It has always struck me how even the most powerful and wealthy can manipulate a lot, yet our most valuable commodity remains elusive to all. The time we are given. When Steve Jobs passed away in 2011 after a long battle with pancreatic cancer, I remember thinking that this man had changed the world. He had access to any form of healthcare imaginable and yet even he couldn’t alter the time left in his clock.
Ten years ago next month, I was sitting in a bedroom in my parent’s house beside my father. I had taken a leave of absence from my nursing job (thanks to the incredibly generous physicians I still work with) to care for him as his hospice nurse. I was unable to realize this then, but the time I was given to spend with him has become a beautiful gift. Upon discharge from Memorial Sloan Kettering Cancer Center just three weeks earlier, we had been forced to accept that no additional treatment options existed. He had spent 17 months battling Mantle-Cell Lymphoma, a rare and aggressive form of Non-Hodgkins Lymphoma and it was time to go home. A valiant fight through a ruptured spleen, an autologous stem-cell transplant, and dozens of chemotherapy treatments, the fighting, was over.
My brother had come home as well, and together we helped my father pull off some last-minute wishes. Changing out the lightbulbs so my mother wouldn’t have to worry was an absolute priority. Towards that last week, the medication schedule had to be altered to find and maintain a comfort level. I went from administering medications every 6 hours, to every 4 hours, to every 2 hours around the clock. I think I slept with one eye open in between those medication doses. Filled with worry that he would wake up feeling too uncomfortable, yet terrified that he would drift off into a forever sleep. Terminal agitation, which can occur during the active dying phase, crept in on that very last night and taught me that it’s a blessing to see a loved one finally resting comfortably.
Looking back, now, I’m not left with only memories of a long night at the end of a stressful three weeks. I’ve managed to retain images from when the sun came up the next day, and peace began to set in. I can recount waiting all day at his bedside and the moment I realized we had said our final goodbye the night before. My dad had woken up confused and uncomfortable, so my brother and I had calmly told him that it was okay for him to go, reassured him that we’d be alright even though we didn’t believe that, and he had nodded his head. Conflicted by relief that he went back into a deep sleep, but fear knowing that time was slipping away, caregiver guilt set in and grabbed hold of me then.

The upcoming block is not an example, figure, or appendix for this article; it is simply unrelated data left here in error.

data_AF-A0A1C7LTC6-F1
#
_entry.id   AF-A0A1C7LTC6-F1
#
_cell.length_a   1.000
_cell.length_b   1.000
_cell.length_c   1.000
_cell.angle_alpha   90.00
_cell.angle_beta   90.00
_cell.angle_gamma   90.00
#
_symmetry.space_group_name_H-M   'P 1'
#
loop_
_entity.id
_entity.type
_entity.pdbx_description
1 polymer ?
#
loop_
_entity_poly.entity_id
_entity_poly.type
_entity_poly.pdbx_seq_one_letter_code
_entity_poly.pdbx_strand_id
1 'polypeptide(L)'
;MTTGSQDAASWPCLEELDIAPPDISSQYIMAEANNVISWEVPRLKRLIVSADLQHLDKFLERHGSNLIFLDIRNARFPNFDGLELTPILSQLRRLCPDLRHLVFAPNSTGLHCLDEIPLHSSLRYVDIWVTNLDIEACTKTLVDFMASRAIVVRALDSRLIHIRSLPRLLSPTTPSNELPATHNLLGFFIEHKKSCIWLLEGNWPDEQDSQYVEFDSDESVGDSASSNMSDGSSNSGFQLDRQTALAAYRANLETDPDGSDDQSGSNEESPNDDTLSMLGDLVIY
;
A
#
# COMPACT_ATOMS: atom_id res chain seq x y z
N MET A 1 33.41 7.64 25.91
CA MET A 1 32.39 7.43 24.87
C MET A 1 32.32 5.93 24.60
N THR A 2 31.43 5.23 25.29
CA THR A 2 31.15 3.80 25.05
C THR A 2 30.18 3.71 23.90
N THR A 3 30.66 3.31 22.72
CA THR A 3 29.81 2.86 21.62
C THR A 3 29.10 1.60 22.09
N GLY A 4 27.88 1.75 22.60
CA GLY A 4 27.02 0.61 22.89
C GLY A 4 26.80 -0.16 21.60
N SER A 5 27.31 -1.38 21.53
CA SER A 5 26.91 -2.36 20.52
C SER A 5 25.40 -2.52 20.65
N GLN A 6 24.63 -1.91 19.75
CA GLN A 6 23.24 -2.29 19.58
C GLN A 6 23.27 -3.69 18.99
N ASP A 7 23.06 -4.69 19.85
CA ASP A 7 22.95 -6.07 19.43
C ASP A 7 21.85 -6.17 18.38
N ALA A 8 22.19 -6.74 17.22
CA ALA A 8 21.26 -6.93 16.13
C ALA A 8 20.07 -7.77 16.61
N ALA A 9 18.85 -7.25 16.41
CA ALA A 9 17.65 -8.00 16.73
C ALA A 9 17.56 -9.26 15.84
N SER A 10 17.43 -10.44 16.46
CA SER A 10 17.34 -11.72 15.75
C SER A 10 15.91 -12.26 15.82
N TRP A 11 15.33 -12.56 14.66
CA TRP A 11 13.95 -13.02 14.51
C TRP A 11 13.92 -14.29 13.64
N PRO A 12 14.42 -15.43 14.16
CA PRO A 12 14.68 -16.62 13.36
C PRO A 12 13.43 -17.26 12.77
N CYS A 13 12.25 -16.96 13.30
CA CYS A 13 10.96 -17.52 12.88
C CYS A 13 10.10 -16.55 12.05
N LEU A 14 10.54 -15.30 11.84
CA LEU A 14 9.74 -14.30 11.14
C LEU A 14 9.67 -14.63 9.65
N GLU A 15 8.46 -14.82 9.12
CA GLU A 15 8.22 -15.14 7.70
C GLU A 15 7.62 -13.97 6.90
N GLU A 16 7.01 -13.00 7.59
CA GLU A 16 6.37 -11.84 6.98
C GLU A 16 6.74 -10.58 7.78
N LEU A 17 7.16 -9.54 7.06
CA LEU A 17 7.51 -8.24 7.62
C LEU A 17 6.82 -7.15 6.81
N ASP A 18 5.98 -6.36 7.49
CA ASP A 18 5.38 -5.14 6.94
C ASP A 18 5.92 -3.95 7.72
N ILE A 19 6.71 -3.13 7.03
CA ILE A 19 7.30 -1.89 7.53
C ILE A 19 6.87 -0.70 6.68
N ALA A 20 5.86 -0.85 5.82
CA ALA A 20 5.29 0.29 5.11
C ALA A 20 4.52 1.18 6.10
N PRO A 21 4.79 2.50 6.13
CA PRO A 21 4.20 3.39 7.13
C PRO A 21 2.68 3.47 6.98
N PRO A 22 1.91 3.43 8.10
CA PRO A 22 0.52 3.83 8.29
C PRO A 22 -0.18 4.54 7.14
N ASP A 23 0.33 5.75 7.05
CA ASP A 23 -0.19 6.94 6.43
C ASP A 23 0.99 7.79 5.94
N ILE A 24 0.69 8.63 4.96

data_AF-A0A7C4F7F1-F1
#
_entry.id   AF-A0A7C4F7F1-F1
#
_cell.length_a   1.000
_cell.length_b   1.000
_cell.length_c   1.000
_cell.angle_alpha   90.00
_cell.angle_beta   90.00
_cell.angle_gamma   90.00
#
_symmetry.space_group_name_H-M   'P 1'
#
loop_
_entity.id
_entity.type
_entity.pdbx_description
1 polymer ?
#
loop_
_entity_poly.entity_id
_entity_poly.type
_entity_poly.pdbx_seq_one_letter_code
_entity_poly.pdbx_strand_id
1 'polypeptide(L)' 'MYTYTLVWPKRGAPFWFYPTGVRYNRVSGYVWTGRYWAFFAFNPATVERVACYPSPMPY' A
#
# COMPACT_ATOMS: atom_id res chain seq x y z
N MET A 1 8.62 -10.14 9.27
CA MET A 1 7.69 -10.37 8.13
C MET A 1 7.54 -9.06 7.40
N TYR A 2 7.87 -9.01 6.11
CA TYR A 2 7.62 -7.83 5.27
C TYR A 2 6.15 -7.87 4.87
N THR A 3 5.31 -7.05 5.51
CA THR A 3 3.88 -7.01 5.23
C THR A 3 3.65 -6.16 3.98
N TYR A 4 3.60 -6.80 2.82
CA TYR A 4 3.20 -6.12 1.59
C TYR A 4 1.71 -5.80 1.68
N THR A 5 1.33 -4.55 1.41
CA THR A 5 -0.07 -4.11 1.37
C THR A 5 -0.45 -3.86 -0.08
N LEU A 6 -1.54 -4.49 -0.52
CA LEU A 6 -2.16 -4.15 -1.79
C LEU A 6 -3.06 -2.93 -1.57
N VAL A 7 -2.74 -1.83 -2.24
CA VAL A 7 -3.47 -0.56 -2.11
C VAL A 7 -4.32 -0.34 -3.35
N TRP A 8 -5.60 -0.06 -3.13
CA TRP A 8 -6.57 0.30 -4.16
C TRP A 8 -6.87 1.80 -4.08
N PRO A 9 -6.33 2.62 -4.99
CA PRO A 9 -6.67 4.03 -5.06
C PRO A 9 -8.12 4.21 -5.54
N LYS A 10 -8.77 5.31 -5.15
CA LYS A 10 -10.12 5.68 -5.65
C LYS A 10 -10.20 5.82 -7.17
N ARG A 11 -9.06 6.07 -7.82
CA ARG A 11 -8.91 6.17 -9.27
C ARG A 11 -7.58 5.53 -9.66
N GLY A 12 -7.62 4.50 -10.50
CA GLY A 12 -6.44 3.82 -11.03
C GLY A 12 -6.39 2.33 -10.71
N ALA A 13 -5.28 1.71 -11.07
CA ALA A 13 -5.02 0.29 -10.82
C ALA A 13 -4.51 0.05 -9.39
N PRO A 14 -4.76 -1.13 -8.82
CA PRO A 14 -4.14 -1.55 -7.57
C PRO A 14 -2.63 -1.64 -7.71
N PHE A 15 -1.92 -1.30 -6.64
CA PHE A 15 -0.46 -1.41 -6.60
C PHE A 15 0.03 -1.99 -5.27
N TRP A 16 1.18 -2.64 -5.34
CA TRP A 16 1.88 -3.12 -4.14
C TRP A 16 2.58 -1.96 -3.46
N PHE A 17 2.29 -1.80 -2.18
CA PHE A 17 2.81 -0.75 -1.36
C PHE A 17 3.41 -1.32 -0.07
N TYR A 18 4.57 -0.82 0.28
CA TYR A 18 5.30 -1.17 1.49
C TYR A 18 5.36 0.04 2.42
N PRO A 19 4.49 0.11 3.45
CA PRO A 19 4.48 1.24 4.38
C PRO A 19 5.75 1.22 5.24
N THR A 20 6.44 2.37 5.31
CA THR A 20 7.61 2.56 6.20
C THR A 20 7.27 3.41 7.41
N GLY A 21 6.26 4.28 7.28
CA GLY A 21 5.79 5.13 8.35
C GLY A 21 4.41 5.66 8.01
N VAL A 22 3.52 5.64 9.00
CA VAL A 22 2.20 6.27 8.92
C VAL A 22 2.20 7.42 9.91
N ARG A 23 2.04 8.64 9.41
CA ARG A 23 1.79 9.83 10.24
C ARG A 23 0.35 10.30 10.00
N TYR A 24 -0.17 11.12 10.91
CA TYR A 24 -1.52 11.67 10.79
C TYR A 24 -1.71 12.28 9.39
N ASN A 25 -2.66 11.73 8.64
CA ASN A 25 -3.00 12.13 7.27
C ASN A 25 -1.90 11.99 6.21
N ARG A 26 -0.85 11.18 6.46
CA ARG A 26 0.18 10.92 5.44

While the sun shined through the window offering me warmth, I recall whispering in his ear that he had done such a good job fighting. I didn’t leave that room but with the window open, I could tell it was an early Spring day in New York. The strong sunlight provided undeniable evidence of the approaching new season. A strange contrast to what was going on in that room. It was an ending, and yet outside presented a new beginning. Eventually, in the early evening of April 19th, peace came into that room. It was as the sun went down that his time here stopped.
Throughout that time as my father’s hospice nurse, I barely acknowledged I was tired – adrenaline is quite powerful. Over time, the hospital tests, constant medications, weakness, uncertainty, and agonizing view of watching him struggle to say goodbye to family and friends began to fade away. Ten years later, I appreciate and treasure every moment that I had with him.
As much as it is a privilege to be a nurse and watch a baby enter this world, I consider it equally a privilege to be there to comfort someone when they leave this world. I was so lucky to have spent that time with my dad. We had a lot of moments in those final three weeks when we would just sit together without the need to say a word. I was able to be there, I was honored to be there, and it changed me. I now understand the value of time, and I was honored to see him out.